CICERO, N.Y. (WSYR-TV) — Onondaga County Executive Ryan McMahon paid a visit to the library at Cicero-North Syracuse High School Friday morning to make an announcement on mental health funding.
The county is investing $5.5 million to make sure each school in the county has the proper resources when it comes to mental health. McMahon used the following graphic to explain how the money will be distributed.
Overall, the county is hiring around 100 new mental health professionals. The breakdown of that workforce is as follows:
- 45 new Student Assistance Specialists, making it 81 total
- 8 new ACCESS Liaisons
- 40 new clinicians to work in mental health clinics
McMahon says this plan is starting to roll out now, but it will be fully implemented for when the kids get back to school in September.
Prior to this money, funding was distributed based on economic need. The pandemic has changed their perspective.
“We’ve gone where the needs have always been the greatest, socio-economically. But what we’re talking about today goes across all boundaries of the economic life,” McMahon said.
This comes at a time when mental health calls into the 911 center have increased by 15 percent. Students at C-NS agree, the time to do this is now.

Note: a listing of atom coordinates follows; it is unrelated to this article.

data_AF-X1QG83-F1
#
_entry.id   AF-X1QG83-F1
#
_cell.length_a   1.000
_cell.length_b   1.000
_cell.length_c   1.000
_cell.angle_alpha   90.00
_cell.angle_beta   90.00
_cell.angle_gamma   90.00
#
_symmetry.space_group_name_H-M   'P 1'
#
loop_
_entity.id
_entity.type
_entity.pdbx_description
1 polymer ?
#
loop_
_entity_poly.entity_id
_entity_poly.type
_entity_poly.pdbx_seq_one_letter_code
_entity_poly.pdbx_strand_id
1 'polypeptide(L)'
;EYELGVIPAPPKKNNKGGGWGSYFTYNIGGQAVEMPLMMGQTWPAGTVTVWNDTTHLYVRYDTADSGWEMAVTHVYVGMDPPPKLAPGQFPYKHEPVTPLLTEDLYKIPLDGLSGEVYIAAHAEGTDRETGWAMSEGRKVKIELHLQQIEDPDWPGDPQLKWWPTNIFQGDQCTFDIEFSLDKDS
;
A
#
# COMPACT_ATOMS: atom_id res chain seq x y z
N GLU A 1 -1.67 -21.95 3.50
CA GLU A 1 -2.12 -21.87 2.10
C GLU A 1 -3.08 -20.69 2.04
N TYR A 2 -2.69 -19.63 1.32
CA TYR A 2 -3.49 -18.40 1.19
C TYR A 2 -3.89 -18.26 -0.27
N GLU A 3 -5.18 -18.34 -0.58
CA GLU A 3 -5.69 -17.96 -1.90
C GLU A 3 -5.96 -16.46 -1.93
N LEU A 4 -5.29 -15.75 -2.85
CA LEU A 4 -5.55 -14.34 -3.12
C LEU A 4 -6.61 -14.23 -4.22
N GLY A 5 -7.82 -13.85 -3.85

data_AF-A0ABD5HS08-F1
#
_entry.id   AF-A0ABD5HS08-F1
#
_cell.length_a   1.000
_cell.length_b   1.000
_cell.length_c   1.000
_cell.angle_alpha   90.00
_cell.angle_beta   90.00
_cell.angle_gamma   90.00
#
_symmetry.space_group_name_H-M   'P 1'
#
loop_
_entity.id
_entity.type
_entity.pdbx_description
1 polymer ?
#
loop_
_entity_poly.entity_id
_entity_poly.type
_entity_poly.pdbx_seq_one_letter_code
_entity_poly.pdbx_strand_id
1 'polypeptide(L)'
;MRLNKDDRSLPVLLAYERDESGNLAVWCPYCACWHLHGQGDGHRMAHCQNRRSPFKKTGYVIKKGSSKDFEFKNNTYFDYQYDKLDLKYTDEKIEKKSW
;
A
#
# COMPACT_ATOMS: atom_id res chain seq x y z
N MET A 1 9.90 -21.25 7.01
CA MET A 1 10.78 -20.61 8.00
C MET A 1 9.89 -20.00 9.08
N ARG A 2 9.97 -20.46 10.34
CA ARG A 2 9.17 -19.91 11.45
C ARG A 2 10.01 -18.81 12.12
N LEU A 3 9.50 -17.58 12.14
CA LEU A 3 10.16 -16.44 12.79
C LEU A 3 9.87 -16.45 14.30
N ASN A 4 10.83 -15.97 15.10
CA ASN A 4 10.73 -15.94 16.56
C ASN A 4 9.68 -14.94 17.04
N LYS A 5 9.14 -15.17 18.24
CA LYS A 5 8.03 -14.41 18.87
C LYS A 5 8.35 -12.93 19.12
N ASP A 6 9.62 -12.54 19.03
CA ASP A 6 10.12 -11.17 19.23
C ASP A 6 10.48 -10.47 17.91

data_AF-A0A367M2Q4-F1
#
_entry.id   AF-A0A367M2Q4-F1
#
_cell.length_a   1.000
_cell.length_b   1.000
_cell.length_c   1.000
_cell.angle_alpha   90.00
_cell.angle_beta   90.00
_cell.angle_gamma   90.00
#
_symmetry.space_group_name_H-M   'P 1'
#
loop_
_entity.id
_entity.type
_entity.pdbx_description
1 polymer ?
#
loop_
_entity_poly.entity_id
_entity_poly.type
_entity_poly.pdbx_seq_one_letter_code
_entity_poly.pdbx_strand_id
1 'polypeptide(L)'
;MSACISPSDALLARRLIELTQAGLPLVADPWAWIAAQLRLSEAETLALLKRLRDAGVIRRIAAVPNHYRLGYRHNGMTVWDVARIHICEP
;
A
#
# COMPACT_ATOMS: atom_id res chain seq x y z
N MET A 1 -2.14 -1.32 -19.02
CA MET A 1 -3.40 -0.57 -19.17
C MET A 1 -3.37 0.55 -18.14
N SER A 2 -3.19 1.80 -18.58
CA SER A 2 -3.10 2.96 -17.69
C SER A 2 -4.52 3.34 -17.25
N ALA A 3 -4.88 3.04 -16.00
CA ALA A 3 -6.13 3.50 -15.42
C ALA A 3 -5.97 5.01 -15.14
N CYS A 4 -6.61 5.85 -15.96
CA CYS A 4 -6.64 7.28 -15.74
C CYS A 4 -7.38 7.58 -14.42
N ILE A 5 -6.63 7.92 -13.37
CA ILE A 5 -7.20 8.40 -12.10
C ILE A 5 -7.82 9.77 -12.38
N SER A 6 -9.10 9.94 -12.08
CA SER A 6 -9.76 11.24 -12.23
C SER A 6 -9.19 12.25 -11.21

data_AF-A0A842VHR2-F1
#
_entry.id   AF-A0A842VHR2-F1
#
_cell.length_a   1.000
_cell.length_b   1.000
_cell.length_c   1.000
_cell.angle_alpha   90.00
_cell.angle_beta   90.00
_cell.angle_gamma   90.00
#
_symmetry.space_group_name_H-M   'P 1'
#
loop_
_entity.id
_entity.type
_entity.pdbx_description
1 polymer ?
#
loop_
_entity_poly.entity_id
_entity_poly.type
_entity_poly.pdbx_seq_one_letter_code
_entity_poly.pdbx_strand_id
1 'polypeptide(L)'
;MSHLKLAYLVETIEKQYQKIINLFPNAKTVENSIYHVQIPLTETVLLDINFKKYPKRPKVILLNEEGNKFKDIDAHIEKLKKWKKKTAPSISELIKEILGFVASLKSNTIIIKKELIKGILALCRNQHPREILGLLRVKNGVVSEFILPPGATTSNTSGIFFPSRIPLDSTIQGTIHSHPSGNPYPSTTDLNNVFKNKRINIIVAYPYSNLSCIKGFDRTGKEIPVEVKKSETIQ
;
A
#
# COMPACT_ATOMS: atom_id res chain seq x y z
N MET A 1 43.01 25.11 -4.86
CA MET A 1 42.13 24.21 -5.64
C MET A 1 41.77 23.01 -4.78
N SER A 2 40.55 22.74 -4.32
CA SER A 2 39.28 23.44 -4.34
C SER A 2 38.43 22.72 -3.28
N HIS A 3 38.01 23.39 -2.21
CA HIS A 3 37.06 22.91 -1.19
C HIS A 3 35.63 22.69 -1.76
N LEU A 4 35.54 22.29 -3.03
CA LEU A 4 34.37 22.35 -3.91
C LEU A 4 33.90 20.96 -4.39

“I have more than one close friend who like, recently, has just, therapy has just picked up. And I feel like they shouldn’t have to go to outside therapy,” said Samuel Nessel, a senior at C-NS.
Nessel has been going to school in person two days a week. When he and other children come back in April four days a week, the superintendent is expecting an increase in social-emotional needs.
“We’re only hitting the tip of the iceberg. As we get more students back into school more, we’re going to find out what’s happened over time,” said Daniel Bowles, Superintendent of the North Syracuse Central School District.
As this plan develops, C-NS does have a dozen counselors, school psychologists, and social workers to help with mental health needs.
Any C-NS student in crisis is encouraged to text “Got5” to 741-741 for help.